This week’s bit of weird fiction being discussed over at LibraryThing.
Review: “The Child That Went with the Fairies”, Sheridan Le Fanu, 1870.
I seem to recall seeing this story mentioned in Fortean Times as a good literary representation of fairy beliefs among the Irish.
The story is fairly simple.
It starts out with a description of the Slieveelim hills and a solitary road between Limerick and Dublin.
In that area, lives the widow Mary Ryan with her four children. The magical protections around her simple cottage are several: mountain ash trees believed to be “inimical to witches”, two horseshoes above the door, bits of house-leeks along the thatch roof. Inside, Mary has her rosaries and holy water.
The story takes place in the autumn and, in this area, out of fear of fairies, the so-called “Good people”, the locals get inside at twilight.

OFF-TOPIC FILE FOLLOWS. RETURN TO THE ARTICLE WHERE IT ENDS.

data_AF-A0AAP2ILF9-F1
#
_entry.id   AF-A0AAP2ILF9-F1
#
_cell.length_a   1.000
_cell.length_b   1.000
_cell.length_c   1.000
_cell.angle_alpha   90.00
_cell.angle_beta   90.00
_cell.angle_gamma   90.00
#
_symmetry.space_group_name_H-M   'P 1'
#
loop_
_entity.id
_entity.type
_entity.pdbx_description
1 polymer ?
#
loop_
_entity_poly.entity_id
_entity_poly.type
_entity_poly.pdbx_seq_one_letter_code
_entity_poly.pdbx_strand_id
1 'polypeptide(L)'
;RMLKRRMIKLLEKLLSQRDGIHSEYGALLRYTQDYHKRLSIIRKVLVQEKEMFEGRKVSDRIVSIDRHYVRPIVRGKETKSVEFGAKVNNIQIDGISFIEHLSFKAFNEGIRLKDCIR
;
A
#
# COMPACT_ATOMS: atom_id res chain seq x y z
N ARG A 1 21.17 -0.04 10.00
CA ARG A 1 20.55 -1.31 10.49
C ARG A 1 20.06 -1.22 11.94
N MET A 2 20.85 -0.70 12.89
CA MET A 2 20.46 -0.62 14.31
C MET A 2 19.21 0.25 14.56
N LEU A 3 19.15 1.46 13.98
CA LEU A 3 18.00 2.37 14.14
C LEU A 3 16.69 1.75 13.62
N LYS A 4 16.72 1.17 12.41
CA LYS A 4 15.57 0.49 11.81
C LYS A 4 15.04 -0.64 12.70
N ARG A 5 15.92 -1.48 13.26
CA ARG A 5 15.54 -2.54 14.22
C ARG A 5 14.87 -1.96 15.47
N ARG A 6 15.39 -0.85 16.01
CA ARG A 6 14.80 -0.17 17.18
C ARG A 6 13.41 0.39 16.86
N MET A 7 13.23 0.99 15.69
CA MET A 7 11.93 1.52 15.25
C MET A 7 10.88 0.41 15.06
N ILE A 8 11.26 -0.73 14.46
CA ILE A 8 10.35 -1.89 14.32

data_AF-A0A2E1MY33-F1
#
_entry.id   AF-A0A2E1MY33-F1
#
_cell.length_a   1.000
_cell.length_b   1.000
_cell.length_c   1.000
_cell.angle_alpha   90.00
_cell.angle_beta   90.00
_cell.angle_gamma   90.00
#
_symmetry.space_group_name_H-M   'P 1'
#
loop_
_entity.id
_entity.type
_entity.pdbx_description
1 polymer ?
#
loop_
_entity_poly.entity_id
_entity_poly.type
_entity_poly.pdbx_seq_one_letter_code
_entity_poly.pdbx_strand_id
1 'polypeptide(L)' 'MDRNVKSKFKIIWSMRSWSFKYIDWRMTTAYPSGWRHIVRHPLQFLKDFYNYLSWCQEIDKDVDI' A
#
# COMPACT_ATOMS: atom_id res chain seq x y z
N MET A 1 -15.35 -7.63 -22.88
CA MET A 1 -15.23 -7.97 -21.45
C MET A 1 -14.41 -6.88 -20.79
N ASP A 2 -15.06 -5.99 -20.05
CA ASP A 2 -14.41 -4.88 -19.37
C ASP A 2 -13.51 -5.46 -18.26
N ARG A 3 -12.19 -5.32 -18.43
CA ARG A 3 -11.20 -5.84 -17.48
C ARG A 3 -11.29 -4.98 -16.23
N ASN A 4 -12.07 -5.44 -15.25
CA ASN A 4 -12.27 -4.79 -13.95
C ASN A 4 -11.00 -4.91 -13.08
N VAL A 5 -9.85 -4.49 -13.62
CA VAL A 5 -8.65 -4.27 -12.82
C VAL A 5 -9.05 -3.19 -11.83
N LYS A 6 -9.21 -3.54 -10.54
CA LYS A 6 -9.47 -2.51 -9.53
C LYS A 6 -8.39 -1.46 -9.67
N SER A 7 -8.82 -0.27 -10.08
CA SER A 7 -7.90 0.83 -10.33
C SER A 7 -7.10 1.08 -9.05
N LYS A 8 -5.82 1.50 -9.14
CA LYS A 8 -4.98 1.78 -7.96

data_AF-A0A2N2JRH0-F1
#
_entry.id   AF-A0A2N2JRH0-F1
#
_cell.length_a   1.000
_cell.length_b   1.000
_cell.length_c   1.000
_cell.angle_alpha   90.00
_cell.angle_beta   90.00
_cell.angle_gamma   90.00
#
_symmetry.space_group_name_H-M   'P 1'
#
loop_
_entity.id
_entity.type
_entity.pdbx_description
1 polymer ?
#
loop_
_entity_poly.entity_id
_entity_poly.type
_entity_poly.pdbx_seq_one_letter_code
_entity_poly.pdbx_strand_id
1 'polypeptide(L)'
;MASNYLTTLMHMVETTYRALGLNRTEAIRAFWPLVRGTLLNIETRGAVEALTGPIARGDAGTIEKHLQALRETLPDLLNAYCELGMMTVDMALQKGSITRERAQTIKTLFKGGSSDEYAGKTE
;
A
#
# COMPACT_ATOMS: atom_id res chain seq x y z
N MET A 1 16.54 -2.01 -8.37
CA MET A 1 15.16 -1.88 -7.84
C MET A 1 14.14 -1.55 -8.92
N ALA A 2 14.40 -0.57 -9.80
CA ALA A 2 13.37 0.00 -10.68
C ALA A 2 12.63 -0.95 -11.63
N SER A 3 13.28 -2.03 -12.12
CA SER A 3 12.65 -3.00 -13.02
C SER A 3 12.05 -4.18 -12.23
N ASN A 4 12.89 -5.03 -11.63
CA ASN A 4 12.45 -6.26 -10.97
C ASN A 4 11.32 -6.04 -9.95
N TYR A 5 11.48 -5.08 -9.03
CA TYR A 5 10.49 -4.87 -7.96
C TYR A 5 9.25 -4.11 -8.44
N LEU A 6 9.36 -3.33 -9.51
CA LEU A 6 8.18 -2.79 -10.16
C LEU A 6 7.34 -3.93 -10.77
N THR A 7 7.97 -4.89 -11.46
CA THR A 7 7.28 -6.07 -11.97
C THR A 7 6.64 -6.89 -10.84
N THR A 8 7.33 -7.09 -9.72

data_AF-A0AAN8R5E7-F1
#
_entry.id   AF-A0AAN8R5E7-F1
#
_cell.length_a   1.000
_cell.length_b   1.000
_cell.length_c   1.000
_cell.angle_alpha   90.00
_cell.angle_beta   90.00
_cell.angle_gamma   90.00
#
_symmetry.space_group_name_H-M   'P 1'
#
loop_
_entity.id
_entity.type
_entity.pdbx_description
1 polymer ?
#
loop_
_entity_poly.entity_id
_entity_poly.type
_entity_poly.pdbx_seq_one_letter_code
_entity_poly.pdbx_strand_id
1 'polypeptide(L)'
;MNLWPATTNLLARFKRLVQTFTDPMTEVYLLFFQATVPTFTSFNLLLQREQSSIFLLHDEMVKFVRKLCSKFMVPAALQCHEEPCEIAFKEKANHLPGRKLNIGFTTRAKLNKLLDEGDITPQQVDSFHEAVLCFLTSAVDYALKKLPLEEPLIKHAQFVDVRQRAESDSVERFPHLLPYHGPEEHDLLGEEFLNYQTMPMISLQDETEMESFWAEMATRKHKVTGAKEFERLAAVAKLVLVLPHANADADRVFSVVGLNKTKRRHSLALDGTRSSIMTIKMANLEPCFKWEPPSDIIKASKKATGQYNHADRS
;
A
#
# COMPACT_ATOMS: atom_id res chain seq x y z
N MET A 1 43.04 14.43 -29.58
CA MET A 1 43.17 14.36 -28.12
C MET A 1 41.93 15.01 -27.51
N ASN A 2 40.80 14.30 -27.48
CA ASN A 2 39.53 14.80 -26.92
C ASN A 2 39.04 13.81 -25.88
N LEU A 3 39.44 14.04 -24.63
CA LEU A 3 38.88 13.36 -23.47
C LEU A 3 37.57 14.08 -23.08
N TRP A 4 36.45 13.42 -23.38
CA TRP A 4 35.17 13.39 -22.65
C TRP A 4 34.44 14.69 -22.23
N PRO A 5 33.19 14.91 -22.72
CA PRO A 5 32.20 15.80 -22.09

After coming home carrying some turf, Mary asks her elder daughter Nell where the other three children are. She didn’t see them outsides. (This part of the story renders the conversation dialectically in, for me, an often times incomprehensible fashion.) Nell goes outside to look for her two brothers Con and Bill and sister Peg. She can’t find them by the nearby bog, and she casts an apprehensive eye towards the rocks of Lisnavoura, reputed home of the fairies. She remembers the stories she’s heard of children stolen by the fairies at nightfall.
Nell comes back to the cottage to tell her mother she can’t find the children. Nell thinks they’ve just ran down the road, but Mary is sure “they’re took”. The nearest help is Father Tom, three miles away.
Just then, mother and daughter see the rest of the children approach up the road. Except there are only two of them. When asked where Bill is, Con says “they took him away”. “He’s gone away with the grand ladies”, says Peg.Continue reading